Now, yes, if a high torque motor and a low torque motor both exit the corner, and both are down at 3000 rpm at corner exit, then the high torque motor is going to walk away.  Why?  Because it is making more POWER at 3000 RPM than the low torque motor.  Because HP = TQ x RPM/5252

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On 10/24/2022 at 10:57 PM, daytonars4 said:

Are you aware that SRO has added BOP to reduce torque on some of the forced induction cars to balance them out with NA cars? If torque doesn’t matter its hard for me understand why they would pursue that approach. Also I have been around M2CS Factory cars. I know that the BOP power sticks significantly reduce torque. It is common knowledge to get custom tunes that boost torque but maintain hp in order to improve pace. This is what the top teams in AER/WRL and ST3 guys do with their M2’s. I literally had one guy tell me “the low torque BOP tune is trash.” So they go from 320hp/320tq to 320hp/380tq or something around that. But either way, it’s above my level of understanding. I’m sure since you appear to be experienced on “what makes cars fast” you will be able to figure out a solution within the GTS rules …

Because what they're really doing is changing the shape of the power curve.  When you are already have a motor, changing torque means changing the power curve.  When you're deciding to build a motor, you can target whatever power curve you want at whatever torque you want - they can be independent since you can treat the third variable - RPM - as a dependent variable.  SRO isn't about to change the RPM the cars are built for.  And this is the crux of my complaint, that one should not have to build a high $$$ motor to get the power curve one wants AND a low torque reading, as it's the power curve that affects performance, not the peak torque number.  The current GTS rules favor S54/S65 engines.  It isn't that ST favors torque monsters.  In fact ST uses a smaller percentage of the rev range on lower RPM cars than it does on high RPM cars, thus allowing high RPM cars to use more datapoints to bring down their average.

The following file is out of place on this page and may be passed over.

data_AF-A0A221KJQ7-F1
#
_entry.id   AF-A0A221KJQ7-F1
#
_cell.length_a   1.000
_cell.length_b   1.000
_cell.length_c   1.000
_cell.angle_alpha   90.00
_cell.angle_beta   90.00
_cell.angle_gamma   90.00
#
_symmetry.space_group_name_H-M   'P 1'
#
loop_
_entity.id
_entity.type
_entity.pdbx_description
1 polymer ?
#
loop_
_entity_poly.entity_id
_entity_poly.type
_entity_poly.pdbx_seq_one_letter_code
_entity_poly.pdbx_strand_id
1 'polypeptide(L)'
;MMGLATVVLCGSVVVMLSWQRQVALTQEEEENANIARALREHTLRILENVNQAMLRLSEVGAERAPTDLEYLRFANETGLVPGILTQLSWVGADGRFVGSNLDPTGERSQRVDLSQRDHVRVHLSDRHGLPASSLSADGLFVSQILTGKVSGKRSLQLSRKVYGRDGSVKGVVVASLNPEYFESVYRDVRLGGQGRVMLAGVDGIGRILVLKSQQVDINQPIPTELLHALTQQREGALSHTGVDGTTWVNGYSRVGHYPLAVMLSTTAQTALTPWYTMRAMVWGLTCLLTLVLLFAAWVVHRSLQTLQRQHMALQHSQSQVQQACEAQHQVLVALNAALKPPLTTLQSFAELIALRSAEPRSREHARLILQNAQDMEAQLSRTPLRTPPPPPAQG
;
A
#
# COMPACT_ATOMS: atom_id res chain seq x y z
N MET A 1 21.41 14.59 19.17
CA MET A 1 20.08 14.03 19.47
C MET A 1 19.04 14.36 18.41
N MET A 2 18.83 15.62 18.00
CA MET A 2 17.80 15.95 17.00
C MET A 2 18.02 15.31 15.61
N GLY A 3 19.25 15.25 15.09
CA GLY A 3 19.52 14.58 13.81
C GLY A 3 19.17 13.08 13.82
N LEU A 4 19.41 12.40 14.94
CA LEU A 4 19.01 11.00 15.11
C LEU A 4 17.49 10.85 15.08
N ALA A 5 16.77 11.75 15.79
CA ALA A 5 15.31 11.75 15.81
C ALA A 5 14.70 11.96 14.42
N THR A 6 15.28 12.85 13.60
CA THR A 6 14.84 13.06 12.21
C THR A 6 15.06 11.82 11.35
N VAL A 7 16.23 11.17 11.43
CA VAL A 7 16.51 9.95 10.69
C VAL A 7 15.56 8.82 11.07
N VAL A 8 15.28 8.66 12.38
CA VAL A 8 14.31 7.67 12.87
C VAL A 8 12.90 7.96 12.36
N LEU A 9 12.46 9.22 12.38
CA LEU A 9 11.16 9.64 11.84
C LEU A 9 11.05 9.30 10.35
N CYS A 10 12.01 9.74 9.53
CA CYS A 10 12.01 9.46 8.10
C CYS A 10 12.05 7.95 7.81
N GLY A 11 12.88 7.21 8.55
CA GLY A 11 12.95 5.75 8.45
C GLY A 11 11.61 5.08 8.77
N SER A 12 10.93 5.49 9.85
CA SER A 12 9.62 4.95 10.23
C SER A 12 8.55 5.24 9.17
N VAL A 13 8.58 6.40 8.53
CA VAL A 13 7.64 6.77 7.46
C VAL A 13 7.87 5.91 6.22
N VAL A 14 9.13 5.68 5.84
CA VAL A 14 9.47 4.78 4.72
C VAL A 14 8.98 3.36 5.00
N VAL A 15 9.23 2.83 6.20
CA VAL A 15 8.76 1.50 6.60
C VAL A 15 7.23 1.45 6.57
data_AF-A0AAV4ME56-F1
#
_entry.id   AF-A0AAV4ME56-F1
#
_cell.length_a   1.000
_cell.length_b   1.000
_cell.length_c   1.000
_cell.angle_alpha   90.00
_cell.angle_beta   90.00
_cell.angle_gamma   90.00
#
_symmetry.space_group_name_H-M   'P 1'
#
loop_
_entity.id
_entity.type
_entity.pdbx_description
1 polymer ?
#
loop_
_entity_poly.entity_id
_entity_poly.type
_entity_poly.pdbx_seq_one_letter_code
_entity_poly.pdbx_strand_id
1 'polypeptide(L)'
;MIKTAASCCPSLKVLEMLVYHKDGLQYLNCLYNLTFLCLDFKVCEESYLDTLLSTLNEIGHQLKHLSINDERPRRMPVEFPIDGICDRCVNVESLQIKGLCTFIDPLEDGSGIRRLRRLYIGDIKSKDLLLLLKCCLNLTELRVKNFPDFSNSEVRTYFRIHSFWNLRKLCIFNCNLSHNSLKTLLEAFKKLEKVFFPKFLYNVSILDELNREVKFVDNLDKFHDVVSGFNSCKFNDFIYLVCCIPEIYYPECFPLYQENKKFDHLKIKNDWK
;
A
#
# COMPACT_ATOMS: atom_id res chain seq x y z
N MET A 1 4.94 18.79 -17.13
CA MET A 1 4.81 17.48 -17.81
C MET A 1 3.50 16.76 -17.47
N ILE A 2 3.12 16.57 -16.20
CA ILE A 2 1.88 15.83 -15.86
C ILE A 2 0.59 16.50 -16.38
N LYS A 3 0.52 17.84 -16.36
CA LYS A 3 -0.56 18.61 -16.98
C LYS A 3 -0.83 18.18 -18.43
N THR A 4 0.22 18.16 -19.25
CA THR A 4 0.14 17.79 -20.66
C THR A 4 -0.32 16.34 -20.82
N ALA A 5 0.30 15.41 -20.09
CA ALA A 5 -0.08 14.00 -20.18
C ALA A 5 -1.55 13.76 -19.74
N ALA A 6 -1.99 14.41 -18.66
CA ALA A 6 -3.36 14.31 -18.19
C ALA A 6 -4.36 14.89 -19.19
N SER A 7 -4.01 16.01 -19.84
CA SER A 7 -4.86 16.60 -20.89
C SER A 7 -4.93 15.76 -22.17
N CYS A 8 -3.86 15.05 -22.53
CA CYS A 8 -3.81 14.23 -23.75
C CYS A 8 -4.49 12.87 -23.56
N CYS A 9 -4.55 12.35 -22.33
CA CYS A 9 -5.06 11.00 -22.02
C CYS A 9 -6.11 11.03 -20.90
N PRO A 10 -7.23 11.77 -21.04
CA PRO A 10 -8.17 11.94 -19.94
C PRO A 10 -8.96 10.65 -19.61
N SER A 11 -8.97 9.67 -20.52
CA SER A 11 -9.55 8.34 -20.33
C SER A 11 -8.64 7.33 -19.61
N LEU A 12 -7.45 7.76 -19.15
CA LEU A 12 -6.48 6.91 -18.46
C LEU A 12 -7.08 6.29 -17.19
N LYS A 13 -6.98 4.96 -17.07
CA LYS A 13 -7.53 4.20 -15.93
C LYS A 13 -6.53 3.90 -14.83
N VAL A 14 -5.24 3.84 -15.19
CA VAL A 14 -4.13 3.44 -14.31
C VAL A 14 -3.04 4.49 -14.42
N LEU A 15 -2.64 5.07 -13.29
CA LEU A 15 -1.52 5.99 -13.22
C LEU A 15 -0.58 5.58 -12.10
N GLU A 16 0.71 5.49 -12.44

To quote my original post, with some bolding:

On 10/18/2022 at 11:59 AM, ssmith said:

I propose that torque be dropped completely from the calculation as whatever performance benefit it provides is better determined by analyzing the shape of the power curve, which already happens.

...

Historically people have used torque as an indicator of performance.  If you're just told peak HP and peak torque from a motor, then it can give a sense of the shape of the power curve.  However given that we have to enter power from the dyno every 500 RPM, the calculator knows the shape of the power curve already.